At dinner that evening my new found wealth was the only subject of conversation.  Grandma who was typically direct had remembered that Mr. Tiffany had suggested a contribution to the school.  She didn’t ask me whether I was going to do that.  She simply asked, “So how much will you be giving to your school?”  Nothing escaped this lady’s attention.  And a question such as that coming from her was less of an inquiry than it was a demand that I behave responsibly.

I thought about it for a minute and asked, “Would three hundred dollars be good?”  I winced a little as I computed that was three years’ allowance – gone in one moment.  She nodded, “That would be good.  And I’ll bake a box of cookies for you to give Mr. Tiffany.  By the time you start school it will be cool enough to bake.”

On my first day of the new school year, mom closed her store early and met me at Mr. Tiffany’s office as the school day was concluding  She carried with her grandma’s cookies and the envelope containing the three hundred dollars and my handwritten note (my mother oversaw its composition) which read:

Dear Mr. Tiffany,

Thank you for giving me the chance to earn some extra money.  Enclosed please find three hundred dollars ($300) which I would like you to accept on behalf of the school.  My grandma baked some cookies to thank you – but they wouldn’t fit in the envelope so they’re in a separate box.

Very truly yours,


I thought up the last line myself and when my mother read it she laughed.  But she allowed me to keep it in my thank you note.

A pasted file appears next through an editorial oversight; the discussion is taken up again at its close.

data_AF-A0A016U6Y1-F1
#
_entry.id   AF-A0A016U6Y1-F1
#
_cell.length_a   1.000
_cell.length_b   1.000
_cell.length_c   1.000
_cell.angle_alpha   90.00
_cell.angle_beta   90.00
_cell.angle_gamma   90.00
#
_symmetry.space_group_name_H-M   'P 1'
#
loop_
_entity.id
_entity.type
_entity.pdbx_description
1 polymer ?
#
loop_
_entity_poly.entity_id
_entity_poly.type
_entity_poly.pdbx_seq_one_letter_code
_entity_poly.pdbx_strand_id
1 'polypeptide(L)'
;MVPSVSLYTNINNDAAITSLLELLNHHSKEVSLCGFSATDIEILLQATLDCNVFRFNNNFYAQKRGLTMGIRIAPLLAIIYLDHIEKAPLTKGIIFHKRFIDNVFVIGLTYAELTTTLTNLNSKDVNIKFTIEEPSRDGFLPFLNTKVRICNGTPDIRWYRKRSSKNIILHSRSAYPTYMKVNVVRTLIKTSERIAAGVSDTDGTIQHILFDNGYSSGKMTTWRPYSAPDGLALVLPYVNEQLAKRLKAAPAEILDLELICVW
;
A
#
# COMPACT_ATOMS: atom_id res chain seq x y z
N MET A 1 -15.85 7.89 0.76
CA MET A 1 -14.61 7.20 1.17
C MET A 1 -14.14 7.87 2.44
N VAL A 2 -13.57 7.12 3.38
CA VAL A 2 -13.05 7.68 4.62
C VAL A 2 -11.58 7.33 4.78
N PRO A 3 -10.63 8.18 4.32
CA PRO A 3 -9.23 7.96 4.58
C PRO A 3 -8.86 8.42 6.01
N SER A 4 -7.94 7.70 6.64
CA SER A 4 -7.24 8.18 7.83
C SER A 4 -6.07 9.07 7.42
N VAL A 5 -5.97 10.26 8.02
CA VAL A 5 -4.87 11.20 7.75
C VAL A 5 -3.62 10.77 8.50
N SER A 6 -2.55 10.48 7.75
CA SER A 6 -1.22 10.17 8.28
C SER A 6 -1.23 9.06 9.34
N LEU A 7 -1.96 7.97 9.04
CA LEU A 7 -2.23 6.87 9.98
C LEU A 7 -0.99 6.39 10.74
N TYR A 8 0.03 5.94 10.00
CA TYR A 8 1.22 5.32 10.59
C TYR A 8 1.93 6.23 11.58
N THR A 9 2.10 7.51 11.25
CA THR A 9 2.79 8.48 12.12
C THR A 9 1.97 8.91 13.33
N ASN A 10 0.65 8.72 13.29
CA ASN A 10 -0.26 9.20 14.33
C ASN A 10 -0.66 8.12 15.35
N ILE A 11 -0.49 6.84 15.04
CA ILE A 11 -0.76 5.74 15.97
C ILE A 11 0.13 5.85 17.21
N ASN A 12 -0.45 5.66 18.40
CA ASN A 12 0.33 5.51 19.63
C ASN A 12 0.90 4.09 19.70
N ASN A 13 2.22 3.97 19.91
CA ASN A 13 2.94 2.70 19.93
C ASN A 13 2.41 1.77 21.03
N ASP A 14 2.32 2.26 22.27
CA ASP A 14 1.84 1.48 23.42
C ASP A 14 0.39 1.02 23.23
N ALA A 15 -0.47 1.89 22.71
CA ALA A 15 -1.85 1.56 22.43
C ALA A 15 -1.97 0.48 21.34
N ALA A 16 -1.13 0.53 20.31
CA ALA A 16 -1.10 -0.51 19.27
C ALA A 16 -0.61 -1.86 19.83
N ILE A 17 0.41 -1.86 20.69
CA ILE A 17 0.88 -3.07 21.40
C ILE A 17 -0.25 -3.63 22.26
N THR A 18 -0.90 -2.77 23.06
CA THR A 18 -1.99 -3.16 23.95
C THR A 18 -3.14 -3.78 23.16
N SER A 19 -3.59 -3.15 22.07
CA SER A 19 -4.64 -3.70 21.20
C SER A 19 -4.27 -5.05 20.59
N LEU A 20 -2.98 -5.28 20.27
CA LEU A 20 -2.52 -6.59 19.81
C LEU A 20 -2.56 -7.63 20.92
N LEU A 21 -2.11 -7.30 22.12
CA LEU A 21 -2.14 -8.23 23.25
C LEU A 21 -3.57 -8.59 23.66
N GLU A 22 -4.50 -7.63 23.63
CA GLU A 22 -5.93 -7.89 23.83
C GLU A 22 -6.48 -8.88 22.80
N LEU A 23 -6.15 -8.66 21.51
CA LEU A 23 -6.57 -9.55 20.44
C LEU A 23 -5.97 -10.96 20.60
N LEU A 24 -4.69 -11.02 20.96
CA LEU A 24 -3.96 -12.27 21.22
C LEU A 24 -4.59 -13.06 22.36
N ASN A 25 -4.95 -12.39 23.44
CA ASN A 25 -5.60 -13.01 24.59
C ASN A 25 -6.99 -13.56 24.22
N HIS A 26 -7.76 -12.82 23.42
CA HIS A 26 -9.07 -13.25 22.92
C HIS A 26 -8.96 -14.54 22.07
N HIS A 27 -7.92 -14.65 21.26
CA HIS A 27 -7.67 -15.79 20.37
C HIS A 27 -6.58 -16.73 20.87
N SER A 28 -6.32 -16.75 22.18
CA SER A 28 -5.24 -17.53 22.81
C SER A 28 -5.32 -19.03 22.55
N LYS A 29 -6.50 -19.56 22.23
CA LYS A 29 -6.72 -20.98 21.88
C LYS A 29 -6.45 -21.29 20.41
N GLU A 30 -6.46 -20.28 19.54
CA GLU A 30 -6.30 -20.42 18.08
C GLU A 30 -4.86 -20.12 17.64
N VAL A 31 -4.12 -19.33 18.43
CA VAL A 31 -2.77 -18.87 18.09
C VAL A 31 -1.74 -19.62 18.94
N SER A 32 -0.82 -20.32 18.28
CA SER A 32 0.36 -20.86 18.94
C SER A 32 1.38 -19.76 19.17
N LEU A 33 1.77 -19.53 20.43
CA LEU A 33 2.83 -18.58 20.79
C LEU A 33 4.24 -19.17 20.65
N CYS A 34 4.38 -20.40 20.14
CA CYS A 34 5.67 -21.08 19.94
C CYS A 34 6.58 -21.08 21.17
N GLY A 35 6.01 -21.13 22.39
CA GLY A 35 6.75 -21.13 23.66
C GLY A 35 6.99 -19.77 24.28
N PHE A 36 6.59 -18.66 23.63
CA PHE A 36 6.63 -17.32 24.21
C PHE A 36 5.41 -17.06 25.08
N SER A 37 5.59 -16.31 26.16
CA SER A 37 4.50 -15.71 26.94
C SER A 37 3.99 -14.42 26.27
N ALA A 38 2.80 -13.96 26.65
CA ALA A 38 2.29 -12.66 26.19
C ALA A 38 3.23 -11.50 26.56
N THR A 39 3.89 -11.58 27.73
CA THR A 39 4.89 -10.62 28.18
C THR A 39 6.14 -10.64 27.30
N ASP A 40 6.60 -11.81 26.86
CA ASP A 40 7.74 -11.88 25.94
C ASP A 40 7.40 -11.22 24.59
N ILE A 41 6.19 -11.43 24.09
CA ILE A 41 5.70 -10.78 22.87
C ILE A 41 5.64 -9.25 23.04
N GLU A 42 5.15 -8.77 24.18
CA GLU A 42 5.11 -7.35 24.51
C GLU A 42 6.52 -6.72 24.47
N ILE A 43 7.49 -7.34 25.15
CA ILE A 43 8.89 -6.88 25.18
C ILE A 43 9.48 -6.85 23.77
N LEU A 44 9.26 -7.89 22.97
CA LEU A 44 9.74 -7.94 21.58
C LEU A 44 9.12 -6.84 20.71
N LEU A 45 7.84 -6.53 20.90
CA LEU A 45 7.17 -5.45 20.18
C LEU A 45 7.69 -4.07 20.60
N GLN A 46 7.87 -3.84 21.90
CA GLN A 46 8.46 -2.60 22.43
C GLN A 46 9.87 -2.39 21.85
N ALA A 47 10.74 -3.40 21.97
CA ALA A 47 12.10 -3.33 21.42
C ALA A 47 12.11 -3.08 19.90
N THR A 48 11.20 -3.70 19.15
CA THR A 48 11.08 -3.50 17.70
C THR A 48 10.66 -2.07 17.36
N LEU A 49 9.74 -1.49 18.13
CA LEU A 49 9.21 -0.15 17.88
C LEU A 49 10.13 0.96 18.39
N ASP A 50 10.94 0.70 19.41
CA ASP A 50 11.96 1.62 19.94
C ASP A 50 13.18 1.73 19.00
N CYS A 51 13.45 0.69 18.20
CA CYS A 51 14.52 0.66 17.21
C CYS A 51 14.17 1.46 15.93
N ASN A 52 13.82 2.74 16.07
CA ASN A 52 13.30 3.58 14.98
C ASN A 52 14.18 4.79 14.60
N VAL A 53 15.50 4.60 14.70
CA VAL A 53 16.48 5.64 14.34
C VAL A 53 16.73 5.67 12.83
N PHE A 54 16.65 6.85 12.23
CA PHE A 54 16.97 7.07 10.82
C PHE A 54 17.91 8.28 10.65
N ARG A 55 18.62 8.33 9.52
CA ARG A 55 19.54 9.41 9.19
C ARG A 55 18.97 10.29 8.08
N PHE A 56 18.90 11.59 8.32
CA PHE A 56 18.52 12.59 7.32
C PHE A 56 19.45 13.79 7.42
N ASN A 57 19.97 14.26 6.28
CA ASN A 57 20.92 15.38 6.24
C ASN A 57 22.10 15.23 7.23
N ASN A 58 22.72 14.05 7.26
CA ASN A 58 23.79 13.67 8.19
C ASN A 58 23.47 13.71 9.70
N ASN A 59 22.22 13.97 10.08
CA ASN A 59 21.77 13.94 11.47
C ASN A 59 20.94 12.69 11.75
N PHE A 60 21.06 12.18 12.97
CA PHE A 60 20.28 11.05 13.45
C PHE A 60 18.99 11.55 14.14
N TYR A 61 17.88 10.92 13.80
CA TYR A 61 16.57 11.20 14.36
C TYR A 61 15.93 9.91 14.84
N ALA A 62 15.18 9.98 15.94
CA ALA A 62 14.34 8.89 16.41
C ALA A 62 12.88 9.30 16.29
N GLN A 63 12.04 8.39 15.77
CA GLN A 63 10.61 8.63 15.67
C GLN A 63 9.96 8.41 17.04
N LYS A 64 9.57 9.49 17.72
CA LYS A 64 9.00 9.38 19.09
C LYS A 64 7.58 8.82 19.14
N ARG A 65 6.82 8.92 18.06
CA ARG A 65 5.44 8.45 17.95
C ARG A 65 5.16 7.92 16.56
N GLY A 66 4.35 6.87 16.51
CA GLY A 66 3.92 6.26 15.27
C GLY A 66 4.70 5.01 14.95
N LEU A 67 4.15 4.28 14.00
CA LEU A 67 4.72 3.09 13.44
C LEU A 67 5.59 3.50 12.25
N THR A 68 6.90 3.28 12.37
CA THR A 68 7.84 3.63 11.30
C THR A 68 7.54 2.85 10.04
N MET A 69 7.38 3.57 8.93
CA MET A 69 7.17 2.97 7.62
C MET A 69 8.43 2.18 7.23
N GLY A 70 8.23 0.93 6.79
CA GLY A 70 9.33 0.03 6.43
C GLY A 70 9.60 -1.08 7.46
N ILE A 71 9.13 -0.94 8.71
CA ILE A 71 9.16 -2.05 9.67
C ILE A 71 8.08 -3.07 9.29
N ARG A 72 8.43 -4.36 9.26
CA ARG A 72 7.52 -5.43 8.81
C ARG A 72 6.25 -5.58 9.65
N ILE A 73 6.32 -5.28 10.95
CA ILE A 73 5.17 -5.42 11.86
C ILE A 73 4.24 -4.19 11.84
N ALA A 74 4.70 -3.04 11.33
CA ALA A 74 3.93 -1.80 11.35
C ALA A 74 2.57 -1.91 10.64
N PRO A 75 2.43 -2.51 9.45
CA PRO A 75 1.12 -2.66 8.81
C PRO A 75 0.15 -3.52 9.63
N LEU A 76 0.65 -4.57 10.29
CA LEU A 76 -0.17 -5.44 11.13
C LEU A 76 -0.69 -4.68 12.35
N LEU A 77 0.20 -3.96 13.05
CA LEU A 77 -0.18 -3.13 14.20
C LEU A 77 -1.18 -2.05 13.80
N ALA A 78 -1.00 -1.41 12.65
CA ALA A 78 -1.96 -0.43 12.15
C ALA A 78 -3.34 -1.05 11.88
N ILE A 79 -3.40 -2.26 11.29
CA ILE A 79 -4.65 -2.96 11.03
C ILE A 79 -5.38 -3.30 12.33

Mr. Tiffany thanked mom and me and we went home.  He didn’t open either the envelope or the box of cookies while we were there, but it seemed to me that after that he always had a little extra smile for me when we passed in the hallway and I received the Good Citizenship Award that year.

As to the rest of the money, I made my first stock investments, five shares of Celanese Corporation of America and three shares of Dow Chemical.  The remainder went into my college fund.

My classmates still lived in their fancy co-operative apartments on Park Avenue and they still received distributions from their trust funds.  But I had something that none of them could claim.  With the help of my family and my school, I had taken an idea and turned it into a reality.  That was an accomplishment which no one ever would be able to take from me.

I was ten years old when this happened.   And that was a very good year for me.


Having the opportunity to receive a private school education had both its benefits and its drawbacks.  As a child, only the negatives were clear to me and it would be many years before I recognized the advantages I had received because of my parents’ self-sacrifice so that I could attend.  But the most important lesson that I learned was that what I thought of as a disadvantage when I was a schoolchild was actually a great character builder and provided one of my most important early life lessons.